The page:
The Swedish National Agency for Education, or Skolverket, is to expand the teaching of Sweden’s five national minority languages (Yiddish, Finnish, Meänkieli, Sami and Romani Chib) in Sweden’s schools.
Previously, only the Sami language had a specific curriculum for native language courses, but now the other minority languages will also receive their own curriculums, so that more young people can learn the languages.
According to Helena Karis, new rules mean that children who want to learn one of the five national minority languages will no longer have to speak the language at home to qualify for teaching in the language, but some link to the community will still be needed.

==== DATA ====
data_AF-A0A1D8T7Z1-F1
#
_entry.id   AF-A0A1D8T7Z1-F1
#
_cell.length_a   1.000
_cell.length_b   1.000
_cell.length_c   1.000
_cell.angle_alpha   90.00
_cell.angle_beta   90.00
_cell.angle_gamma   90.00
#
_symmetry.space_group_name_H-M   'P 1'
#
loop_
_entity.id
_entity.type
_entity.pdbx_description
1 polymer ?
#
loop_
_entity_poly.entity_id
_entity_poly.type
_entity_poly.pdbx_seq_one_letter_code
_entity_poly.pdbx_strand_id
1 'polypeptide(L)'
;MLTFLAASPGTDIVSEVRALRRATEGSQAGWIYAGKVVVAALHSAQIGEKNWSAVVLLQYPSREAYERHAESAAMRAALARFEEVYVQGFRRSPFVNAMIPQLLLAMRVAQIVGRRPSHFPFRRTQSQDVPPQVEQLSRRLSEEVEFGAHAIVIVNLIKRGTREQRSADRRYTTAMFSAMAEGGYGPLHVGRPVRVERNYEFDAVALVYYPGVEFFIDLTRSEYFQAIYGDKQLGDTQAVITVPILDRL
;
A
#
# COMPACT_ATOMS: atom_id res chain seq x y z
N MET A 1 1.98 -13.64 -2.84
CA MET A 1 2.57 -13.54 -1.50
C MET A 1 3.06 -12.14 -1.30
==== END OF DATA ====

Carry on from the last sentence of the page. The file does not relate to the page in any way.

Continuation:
They are now also in the process of creating teaching materials for each subject, but one thing that is yet to be solved is the shortage of teachers qualified to teach the languages in schools.
“We’re working to increase the number of teachers”, she told Radio Sweden.
Related stories from around the North:
Canada: Losing their Words (Video documentary), Eye on the Arctic
Finland: English language dominance worries language teachers in Finland, Yle News
Greenland: (VIDEO) The importance of perserving the Inuit language, Eye on the Arctic
Norway: Sami character keyboard app released, Barents Observer
Russia: More students in North Finland opting to study Russian, Yle News
United States: Alaska bill to be signed recognizing indigenous languages as official state languages, Alaska Dispatch